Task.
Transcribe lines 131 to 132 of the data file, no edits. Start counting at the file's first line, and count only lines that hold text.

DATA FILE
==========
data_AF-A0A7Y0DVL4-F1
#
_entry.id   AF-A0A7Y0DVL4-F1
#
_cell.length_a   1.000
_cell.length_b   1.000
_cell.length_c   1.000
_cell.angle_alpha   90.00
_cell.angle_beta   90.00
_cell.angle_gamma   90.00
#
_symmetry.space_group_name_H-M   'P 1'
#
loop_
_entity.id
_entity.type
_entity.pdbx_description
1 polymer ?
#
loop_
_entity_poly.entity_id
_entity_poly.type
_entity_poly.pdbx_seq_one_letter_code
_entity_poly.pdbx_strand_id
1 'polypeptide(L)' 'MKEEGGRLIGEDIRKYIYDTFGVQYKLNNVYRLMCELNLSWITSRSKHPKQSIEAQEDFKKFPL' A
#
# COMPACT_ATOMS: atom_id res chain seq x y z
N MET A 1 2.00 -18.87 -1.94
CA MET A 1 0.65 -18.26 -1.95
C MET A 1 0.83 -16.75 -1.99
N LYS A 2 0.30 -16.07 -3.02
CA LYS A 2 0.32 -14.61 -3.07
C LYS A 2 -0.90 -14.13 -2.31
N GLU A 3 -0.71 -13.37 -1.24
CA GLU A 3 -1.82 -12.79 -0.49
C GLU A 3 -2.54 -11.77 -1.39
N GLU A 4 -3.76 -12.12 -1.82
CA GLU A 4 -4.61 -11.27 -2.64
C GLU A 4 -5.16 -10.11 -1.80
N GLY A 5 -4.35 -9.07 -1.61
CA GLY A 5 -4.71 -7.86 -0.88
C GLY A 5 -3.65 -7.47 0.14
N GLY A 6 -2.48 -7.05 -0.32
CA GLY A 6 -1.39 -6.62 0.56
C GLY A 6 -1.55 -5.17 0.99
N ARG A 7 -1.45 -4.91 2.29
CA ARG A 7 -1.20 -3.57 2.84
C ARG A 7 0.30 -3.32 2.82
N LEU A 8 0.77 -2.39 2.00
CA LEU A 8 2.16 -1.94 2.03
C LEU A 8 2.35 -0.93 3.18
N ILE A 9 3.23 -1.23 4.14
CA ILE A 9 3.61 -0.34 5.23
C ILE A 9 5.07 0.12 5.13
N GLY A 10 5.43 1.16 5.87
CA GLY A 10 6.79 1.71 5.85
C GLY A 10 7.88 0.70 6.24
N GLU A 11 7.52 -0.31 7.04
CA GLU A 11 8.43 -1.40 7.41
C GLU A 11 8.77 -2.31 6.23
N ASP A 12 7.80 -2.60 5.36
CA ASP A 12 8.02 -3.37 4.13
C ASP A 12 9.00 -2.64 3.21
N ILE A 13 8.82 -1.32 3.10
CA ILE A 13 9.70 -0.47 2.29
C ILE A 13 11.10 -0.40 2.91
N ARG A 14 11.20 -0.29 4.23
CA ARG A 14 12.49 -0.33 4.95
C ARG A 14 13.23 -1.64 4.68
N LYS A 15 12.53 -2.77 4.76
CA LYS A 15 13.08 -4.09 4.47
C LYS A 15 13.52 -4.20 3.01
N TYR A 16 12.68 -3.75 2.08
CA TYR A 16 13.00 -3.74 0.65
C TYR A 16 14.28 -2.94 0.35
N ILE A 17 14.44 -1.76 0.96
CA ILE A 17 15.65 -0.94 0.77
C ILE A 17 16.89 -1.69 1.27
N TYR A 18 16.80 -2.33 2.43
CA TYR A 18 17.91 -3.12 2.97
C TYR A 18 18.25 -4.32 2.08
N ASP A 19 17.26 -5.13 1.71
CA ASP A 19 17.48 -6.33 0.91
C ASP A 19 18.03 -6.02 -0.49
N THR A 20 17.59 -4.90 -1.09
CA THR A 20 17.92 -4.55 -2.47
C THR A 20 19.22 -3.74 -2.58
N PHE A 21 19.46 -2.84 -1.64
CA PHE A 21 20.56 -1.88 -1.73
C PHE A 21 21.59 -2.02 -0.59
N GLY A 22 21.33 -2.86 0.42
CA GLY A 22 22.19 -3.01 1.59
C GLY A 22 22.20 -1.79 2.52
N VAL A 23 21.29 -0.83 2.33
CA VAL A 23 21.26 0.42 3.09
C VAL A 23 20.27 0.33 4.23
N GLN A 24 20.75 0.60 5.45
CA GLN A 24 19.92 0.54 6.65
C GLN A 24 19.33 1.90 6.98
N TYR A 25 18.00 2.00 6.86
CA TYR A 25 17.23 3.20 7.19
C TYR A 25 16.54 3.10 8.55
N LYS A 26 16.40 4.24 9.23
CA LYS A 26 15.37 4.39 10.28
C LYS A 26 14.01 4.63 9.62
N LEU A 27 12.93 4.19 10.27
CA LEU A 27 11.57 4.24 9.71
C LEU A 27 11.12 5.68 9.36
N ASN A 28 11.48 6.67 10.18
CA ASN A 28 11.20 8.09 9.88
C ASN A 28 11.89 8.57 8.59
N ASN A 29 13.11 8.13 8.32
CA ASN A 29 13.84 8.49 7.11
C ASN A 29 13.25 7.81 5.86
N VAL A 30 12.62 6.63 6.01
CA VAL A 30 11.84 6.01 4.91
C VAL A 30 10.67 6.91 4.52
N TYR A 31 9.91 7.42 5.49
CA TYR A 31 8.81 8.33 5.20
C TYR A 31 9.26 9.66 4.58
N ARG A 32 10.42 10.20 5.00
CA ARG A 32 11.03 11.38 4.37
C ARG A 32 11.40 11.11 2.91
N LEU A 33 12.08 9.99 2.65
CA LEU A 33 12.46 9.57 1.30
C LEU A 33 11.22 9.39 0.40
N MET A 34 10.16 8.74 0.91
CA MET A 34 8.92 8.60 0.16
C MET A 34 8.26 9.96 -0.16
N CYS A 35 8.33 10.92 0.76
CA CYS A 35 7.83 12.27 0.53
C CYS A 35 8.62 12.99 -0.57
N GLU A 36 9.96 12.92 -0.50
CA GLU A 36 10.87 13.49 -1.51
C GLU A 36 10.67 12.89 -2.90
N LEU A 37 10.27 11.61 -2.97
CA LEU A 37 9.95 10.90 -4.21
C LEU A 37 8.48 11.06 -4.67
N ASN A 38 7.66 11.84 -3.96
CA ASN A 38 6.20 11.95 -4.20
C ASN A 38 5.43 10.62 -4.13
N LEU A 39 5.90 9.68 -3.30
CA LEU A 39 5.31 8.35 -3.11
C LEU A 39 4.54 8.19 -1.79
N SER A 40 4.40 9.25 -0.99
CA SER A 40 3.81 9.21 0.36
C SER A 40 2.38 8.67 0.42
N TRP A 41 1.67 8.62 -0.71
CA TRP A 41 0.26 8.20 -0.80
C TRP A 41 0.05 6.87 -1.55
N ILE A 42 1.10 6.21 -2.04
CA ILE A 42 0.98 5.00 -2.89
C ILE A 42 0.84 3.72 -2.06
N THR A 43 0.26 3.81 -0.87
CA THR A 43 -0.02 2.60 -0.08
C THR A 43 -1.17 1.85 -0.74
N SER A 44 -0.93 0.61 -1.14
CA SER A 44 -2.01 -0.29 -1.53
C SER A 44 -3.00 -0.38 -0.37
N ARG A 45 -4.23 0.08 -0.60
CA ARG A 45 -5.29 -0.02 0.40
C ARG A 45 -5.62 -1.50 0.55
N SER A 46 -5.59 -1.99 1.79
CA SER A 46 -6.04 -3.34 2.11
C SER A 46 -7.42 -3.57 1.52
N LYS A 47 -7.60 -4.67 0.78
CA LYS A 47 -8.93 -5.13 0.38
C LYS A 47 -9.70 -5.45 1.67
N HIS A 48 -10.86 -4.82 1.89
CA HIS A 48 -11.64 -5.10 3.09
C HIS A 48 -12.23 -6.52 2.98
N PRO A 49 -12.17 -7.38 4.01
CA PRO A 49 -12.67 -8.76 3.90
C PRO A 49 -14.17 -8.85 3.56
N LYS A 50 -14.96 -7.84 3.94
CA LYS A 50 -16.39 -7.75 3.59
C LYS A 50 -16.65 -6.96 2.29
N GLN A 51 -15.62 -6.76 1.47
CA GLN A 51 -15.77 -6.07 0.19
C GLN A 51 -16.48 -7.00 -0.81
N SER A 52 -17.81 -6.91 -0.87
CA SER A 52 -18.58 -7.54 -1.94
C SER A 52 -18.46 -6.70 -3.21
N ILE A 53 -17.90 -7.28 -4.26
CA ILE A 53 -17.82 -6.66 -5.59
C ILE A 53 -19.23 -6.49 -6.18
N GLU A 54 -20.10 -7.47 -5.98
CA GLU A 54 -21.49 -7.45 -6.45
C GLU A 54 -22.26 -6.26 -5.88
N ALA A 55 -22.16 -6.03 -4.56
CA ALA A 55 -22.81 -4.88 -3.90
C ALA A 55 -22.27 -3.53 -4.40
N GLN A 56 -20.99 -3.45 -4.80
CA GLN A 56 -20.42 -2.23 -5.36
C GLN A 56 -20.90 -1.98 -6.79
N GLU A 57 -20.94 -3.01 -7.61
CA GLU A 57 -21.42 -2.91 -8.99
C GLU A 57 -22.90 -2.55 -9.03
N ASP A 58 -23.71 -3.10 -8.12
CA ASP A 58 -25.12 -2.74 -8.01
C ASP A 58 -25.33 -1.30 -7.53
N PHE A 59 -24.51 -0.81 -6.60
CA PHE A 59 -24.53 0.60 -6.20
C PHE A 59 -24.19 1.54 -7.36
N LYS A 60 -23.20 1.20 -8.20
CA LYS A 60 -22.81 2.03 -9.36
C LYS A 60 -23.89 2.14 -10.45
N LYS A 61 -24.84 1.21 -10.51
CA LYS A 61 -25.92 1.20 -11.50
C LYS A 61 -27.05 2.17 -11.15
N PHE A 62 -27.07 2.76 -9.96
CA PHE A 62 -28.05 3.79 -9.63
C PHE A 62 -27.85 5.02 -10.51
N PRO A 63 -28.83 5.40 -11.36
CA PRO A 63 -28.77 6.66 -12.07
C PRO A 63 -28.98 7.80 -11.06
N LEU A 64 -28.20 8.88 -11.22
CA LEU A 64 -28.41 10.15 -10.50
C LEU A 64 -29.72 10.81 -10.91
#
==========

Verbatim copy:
CA CYS A 35 7.83 12.27 0.53
C CYS A 35 8.62 12.99 -0.57